On the plus point: I can do all my own page layout using Adobe InDesign (so my five years spent as a graphic designer hasn't been completely wasted) and, if i need to make the pitch, I can create a PDF preview document (security enabled) for circulation to prospective publishers.

What I'd really like is some feedback from folks that have done this sort of thing before

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jimcollum Regular Member • Posts: 223
Re: Thanks for the link
1

pick up the latest issue of lenswork magazine (there's a snip of the article at http://www.lenswork.com/lwq60s.pdf ) . Brooks Jensen has been in the publishing business for a long time. He also has an email address that you can send email to.

Bottom line is, there really isn't any money leftover after publishing and distribution, unless your name is Anne Geddes. I know a number of the current top fine art photographers. Publishing an photographic art book is more marketting than a money making proposition.

I do wish you luck... If you're looking to raise money, photographic technical books are much more profitable than the art ones

jim

CharlieDIY
CharlieDIY Veteran Member • Posts: 7,120
Re: Thanks for the link

TheMadScot wrote:

I'm not sure how relevant this will be, but I'll keep it in mind.

The charitable organisation I'll be doing this project for is the
largest in their sector in the UK; I'm still in the early stages of
pitching the project to them so there's a chance that they'll be
able to recommend a publisher.

What I'm trying to figure out is whether a publisher will take on
the project on a not-for-profit basis i.e. all the money left after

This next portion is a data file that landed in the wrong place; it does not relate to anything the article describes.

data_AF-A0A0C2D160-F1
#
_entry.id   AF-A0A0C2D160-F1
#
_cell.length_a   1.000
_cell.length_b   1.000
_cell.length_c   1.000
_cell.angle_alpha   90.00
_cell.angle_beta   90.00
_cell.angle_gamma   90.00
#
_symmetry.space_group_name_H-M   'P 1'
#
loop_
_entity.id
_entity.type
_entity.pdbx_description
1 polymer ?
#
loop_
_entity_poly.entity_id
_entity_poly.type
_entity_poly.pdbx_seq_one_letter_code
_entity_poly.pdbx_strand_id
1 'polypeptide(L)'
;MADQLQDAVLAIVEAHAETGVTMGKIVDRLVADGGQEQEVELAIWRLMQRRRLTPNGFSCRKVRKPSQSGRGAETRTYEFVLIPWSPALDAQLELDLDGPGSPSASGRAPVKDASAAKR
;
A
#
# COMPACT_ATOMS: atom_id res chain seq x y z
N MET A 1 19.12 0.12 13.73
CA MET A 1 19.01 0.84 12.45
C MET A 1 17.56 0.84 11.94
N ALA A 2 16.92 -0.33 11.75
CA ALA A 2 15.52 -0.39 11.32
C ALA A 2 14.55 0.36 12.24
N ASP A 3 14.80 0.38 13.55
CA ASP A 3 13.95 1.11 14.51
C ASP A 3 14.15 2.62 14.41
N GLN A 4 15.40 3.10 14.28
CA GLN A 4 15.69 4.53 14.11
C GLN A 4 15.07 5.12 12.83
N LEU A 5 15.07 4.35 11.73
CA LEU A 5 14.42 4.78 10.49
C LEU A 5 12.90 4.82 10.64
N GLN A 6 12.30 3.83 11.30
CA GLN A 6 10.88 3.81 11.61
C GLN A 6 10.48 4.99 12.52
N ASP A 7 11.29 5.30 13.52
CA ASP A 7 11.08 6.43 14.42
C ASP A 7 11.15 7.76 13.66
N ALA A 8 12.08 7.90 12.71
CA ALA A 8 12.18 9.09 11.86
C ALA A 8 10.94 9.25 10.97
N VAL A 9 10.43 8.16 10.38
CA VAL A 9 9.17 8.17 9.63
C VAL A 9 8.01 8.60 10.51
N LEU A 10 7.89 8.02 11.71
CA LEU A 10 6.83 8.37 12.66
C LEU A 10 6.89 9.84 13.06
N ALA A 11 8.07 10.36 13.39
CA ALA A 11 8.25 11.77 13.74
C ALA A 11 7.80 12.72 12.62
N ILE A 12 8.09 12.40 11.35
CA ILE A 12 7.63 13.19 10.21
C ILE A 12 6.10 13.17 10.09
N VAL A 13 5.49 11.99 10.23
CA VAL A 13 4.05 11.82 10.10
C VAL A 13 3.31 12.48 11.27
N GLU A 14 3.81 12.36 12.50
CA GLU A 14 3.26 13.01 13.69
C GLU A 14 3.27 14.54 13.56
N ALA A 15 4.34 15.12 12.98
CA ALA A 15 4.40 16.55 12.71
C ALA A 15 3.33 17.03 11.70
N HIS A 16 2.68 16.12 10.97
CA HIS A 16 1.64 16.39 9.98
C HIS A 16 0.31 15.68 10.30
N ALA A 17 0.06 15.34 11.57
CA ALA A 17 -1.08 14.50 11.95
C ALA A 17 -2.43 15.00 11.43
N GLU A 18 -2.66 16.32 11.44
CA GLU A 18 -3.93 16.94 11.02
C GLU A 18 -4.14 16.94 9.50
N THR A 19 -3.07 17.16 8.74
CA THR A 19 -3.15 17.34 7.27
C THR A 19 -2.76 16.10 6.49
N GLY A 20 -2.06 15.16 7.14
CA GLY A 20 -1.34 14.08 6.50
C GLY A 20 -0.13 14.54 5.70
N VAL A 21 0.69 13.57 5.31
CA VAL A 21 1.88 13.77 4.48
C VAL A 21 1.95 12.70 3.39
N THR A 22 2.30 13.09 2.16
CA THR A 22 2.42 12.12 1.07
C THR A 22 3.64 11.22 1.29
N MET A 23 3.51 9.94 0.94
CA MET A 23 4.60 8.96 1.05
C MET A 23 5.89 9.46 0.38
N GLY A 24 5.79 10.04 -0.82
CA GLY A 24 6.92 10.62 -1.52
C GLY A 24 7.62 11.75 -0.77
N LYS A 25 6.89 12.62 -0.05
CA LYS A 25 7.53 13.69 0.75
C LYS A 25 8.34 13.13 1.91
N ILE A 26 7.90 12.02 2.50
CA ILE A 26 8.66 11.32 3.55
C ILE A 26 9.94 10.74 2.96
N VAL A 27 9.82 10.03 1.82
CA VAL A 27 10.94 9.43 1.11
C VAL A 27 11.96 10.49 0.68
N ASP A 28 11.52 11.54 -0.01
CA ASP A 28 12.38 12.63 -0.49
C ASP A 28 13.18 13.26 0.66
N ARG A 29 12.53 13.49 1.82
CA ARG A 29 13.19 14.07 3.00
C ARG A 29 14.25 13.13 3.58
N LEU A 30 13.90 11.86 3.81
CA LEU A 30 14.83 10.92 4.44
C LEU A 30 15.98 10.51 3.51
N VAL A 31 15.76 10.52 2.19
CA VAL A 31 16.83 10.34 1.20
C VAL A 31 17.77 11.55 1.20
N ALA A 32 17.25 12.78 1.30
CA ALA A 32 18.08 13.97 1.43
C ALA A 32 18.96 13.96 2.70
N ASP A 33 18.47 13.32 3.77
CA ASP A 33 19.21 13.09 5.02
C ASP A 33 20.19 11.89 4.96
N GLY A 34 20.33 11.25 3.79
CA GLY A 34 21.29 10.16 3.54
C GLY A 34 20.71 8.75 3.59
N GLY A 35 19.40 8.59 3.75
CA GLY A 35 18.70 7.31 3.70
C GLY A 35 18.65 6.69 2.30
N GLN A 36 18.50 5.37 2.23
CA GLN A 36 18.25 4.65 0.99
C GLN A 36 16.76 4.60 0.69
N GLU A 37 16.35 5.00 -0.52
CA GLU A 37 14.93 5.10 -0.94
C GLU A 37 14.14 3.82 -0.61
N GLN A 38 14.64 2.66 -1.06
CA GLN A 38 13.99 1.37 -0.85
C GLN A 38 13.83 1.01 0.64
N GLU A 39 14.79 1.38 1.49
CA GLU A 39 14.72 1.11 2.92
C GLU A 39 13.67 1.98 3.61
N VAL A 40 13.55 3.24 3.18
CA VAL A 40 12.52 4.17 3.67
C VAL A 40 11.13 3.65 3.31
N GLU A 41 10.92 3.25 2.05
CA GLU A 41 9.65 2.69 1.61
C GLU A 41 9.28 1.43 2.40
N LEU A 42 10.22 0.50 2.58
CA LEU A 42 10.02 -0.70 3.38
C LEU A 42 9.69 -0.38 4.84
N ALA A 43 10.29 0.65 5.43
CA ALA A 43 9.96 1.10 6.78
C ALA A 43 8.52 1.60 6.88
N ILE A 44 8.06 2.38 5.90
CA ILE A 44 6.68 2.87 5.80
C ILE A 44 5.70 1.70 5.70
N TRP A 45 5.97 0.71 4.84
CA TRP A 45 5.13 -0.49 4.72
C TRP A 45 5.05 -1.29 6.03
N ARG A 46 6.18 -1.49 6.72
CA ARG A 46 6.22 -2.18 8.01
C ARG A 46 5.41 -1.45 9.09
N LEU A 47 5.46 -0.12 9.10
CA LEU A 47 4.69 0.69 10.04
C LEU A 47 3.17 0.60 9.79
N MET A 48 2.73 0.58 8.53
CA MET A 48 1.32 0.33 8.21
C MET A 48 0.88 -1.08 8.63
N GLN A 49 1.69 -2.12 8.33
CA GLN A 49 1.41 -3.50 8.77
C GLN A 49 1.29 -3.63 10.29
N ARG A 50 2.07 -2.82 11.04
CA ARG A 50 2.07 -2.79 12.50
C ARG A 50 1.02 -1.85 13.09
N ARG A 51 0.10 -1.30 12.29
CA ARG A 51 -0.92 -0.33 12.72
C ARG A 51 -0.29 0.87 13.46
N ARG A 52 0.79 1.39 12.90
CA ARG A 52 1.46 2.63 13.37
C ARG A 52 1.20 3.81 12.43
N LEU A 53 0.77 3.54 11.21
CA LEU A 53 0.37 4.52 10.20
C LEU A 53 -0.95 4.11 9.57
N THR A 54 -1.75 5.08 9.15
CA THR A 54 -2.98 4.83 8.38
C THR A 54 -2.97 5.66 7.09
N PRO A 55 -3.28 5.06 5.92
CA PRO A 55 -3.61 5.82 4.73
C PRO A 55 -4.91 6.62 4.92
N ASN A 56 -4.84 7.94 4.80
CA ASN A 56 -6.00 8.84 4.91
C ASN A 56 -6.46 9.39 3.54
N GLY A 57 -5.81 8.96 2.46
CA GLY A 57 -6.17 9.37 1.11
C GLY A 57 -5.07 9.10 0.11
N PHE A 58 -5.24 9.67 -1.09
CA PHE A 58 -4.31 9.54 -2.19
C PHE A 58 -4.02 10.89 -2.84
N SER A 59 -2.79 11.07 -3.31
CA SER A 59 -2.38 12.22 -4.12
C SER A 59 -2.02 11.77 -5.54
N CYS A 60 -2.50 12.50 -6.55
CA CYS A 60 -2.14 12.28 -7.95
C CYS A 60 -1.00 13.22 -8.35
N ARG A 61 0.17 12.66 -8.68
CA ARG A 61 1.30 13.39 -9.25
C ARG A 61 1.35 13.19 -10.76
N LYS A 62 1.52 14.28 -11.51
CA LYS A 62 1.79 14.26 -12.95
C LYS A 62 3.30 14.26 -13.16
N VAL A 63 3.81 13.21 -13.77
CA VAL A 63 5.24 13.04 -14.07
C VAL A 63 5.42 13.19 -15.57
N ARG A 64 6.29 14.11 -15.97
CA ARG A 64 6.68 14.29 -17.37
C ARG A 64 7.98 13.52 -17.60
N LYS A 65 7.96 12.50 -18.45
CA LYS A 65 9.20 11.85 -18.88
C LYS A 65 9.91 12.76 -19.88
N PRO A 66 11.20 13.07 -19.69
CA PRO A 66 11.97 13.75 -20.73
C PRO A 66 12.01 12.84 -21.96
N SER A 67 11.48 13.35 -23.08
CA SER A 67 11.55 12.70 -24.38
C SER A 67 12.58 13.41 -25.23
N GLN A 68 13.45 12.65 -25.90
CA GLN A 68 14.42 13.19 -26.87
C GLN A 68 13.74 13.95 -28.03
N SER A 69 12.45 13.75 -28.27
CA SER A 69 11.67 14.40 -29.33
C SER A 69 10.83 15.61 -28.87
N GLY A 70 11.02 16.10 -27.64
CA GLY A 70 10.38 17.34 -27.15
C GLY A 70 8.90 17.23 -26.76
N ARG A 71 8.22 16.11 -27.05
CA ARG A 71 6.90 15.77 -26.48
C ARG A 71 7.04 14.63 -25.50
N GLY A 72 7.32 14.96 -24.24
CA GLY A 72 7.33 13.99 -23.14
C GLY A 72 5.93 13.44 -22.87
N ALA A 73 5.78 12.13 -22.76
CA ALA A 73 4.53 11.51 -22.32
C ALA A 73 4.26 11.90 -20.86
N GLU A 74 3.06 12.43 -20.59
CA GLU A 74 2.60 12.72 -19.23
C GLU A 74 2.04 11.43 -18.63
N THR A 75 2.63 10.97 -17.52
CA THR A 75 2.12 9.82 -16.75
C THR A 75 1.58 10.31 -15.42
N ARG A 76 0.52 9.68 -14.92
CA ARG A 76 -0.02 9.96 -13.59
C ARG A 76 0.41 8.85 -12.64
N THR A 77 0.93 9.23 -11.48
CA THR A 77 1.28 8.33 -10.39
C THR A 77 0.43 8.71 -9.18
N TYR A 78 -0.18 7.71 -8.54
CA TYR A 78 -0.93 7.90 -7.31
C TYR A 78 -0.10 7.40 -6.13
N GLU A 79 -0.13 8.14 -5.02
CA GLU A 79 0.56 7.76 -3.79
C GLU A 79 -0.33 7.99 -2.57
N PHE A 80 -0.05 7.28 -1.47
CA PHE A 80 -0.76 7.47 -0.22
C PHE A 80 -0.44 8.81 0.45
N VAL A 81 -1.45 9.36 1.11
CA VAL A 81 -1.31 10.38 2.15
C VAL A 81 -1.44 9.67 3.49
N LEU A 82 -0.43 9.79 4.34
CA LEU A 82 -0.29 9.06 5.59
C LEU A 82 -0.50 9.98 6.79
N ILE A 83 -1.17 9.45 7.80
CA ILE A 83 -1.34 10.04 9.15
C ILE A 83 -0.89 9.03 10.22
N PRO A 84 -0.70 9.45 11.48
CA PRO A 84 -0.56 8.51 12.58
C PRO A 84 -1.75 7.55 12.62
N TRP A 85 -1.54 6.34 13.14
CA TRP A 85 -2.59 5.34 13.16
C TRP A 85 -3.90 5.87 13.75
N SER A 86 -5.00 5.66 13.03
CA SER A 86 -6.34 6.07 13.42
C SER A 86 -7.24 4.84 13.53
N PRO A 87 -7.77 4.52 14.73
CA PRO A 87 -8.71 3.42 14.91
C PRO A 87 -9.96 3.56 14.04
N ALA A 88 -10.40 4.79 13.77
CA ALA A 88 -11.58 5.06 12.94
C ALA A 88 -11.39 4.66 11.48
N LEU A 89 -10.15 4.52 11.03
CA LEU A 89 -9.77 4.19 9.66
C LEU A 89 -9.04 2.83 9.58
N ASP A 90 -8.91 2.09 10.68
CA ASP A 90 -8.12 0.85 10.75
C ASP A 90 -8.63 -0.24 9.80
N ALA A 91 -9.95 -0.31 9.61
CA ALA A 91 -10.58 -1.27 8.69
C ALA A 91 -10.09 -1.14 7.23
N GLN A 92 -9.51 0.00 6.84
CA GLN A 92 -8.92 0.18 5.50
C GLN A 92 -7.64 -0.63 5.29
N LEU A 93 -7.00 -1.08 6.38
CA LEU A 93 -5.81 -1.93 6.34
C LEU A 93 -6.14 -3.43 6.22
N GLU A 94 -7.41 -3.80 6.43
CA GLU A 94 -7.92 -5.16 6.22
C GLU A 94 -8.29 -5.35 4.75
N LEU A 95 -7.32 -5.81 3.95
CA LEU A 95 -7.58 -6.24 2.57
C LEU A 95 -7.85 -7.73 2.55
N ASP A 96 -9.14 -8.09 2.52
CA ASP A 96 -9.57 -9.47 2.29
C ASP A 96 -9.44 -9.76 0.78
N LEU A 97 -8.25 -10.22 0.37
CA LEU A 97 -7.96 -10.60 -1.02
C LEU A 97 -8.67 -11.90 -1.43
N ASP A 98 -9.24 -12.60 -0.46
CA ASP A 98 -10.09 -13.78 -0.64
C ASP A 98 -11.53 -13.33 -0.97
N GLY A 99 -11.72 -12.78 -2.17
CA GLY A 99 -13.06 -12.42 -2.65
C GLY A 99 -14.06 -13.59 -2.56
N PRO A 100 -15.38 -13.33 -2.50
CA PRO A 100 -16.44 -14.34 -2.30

printing and distribution will benefit the charity... more
importantly, I don't know whether I should be pitching this to
publishers now, or if this is something that I should do once I
have all the shots finalised.

On the plus point: I can do all my own page layout using Adobe
InDesign (so my five years spent as a graphic designer hasn't been
completely wasted) and, if i need to make the pitch, I can create a
PDF preview document (security enabled) for circulation to
prospective publishers.

What I'd really like is some feedback from folks that have done
this sort of thing before

There is a lot more that goes into a book beyond printing and distributing, as you'll discover when you actually lay out an entire book in any of the popular programs. Publishers who are capable of doing a particularly good job with coffee table books are probably unlikely to want an outsider to handle book design and layout.

In all the charity arrangements I've heard of, the publisher is willing to set aside a percentage of the net for the charity, but not all proceeds after printing and distribution. To put a fine point on it, what's in it for them if they take nothing out of the book? Feeling good? A halo around their reputation?